Acting office holder and coach compete in rookie campaigns for Westmoreland Courts Clerk

October 24 – Megan Loughner was on a different career path in 2010 when she went to work for Bryan Kline, the newly elected Westmoreland County Court Clerk.

Loughner was 24 and wanted to work as an intelligence officer. She was awaiting a final job offer at the US Department of Justice and was planning to spend a short stint as director of Kline’s tax office.

Funding problems led to the elimination of his planned federal job. She remained in the county government and was promoted to Kline’s first deputy in 2016. This year, she became the acting county clerk when Kline resigned to become the county jail director.

“I have a passion to serve my community,” Loughner said. “I’ve been in this office for a decade and I love helping the public get the restitution they deserve.”

The Republican of Unity, 36, is running for her first elected post – a four-year term as court clerk, heading the office that oversees criminal court cases and collects fines and compensation for victims of crime.

Democrat Muzzy Colosimo, who is known more for his work on the grill than in politics, is also seeking the job.

Colosimo, 70, from Hempfield worked throughout Westmoreland County as a high school football coach. He is a coach and athletic director at Valley High School in New Kensington after a long tenure as head coach at Greensburg Central Catholic and stopped at Franklin Regional and Hempfield Area high schools.

“I’ve done a lot of things to help kids throughout my career,” Colosimo said. “I look at it differently, like I did when I first became a coach. I’m looking to see what I can do for adults.”

Colosimo has said he will retire as a coach at the end of the football season and as a sports director at the end of the school year.

Politics and the elective mandate would be a new beginning for both candidates.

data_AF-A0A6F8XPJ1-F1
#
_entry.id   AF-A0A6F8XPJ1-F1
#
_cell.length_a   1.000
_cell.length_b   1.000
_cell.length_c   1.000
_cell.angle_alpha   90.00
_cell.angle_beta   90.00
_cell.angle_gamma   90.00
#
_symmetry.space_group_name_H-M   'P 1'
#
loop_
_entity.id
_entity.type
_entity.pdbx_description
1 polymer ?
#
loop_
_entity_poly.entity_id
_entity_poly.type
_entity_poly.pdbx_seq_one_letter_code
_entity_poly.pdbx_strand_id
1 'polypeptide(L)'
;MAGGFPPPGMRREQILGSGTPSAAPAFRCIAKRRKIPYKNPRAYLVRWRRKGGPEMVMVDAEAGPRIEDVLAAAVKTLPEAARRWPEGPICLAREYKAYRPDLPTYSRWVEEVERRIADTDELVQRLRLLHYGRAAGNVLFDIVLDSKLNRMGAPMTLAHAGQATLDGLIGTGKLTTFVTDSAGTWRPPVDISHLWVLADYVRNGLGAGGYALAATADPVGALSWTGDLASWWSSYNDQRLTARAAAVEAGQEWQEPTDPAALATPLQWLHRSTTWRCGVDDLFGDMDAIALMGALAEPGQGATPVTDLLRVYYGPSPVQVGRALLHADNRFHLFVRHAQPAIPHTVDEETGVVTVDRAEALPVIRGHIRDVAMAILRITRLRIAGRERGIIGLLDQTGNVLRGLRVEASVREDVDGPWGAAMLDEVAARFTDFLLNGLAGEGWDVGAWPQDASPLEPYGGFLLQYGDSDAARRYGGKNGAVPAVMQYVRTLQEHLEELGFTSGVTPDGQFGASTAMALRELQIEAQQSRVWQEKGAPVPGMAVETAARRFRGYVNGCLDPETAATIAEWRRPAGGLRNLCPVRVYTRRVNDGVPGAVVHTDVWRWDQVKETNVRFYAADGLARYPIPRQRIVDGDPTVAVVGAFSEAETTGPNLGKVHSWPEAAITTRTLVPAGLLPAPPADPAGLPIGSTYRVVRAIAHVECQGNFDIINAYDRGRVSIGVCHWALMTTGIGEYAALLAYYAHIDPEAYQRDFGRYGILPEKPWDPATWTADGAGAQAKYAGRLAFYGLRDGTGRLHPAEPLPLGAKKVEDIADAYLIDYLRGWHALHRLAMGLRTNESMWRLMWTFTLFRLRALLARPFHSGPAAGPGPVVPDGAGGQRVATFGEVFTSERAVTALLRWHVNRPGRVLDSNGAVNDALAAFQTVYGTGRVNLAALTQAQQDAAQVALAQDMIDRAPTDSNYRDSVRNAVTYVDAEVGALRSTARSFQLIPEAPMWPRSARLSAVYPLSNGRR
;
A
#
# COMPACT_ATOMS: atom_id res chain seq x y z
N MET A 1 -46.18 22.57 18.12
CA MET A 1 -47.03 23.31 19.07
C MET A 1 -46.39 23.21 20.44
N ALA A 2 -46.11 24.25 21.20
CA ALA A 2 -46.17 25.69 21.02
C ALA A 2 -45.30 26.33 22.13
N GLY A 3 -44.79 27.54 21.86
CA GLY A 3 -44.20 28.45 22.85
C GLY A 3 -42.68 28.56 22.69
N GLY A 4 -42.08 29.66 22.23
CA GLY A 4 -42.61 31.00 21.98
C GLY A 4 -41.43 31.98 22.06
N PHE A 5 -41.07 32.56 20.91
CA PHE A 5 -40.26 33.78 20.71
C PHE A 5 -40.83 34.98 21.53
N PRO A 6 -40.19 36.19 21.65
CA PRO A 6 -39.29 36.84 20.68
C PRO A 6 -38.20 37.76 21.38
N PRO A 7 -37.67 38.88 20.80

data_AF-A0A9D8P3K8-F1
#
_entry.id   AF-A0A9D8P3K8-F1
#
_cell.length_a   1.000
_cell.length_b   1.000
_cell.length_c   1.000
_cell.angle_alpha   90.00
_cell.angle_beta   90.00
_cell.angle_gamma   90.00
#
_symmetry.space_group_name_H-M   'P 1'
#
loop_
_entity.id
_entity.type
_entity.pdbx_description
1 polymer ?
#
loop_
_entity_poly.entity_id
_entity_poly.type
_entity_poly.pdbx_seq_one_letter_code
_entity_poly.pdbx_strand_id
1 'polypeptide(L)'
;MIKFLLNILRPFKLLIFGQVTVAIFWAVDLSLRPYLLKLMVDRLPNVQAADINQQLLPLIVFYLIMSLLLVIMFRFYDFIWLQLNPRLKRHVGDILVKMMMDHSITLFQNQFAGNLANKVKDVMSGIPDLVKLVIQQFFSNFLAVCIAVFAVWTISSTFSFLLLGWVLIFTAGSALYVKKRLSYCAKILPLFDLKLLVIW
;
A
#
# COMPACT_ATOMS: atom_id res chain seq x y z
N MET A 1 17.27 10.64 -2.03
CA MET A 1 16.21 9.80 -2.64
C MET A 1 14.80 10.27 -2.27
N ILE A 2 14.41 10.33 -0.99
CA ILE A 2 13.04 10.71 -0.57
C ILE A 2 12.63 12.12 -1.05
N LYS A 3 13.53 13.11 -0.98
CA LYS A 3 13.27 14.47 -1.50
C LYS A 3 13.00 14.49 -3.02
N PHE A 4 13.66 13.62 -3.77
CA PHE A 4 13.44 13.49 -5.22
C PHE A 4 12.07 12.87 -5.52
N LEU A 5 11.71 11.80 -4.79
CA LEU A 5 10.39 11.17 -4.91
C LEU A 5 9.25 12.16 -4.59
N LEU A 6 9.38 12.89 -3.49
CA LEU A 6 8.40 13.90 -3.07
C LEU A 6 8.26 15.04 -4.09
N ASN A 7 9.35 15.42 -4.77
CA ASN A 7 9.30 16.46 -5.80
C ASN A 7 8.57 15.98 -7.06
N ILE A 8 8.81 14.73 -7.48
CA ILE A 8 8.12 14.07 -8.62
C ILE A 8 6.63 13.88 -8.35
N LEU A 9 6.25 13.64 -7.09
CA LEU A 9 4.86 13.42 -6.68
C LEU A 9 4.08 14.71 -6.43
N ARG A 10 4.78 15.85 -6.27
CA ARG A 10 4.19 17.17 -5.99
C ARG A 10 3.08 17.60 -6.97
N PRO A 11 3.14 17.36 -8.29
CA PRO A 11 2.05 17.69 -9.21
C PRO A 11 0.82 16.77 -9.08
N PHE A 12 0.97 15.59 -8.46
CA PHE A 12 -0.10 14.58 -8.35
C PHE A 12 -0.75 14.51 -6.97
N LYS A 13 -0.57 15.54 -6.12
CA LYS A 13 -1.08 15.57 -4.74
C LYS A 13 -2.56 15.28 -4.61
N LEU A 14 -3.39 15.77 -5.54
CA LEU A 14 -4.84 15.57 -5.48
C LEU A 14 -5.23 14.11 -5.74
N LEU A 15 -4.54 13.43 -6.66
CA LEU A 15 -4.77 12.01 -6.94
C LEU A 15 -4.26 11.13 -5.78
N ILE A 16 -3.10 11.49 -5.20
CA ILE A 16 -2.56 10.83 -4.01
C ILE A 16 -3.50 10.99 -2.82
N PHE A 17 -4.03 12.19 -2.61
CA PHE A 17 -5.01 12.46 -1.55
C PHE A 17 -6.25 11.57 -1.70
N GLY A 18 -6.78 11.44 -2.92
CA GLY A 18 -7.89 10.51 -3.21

Colosimo said his experience as a coach and administrator would come in handy in managing the courthouse office with 20 employees. He said his goal would be to increase the recovery of court costs and compensation for victims and improve the transparency of the office’s operations.

“I never want to retire. I love working. I asked around the courthouse and that job (court clerk) seemed like a big challenge,” Colosimo said. “Football coach and court clerk are both administrative positions.”

Loughner won a contested Republican primary in May to stage the race with Colosimo. She said she got the job done and is able to improve office functions.

The collections reached record numbers during his short stint as interim office holder. In March, the office raised more than $ 800,000, the most ever in a single month. For the year, the office is expected to bring in over $ 7 million, she said.

Loughner is committed to expanding collection programs and continuing monitoring in the state’s new Westmoreland County digital filing system for criminal court records.

“When I was 24, if you had asked me if I would ever run for a county office, I would have said, ‘No way,'” Loughner said. “I was disappointed that I didn’t get the job at the Department of Justice, but I was working at the courthouse and I liked it. I’m glad things turned out that way.”

Rich Cholodofsky is an editor for Tribune-Review. You can contact Rich at 724-830-6293, [email protected] or via Twitter.

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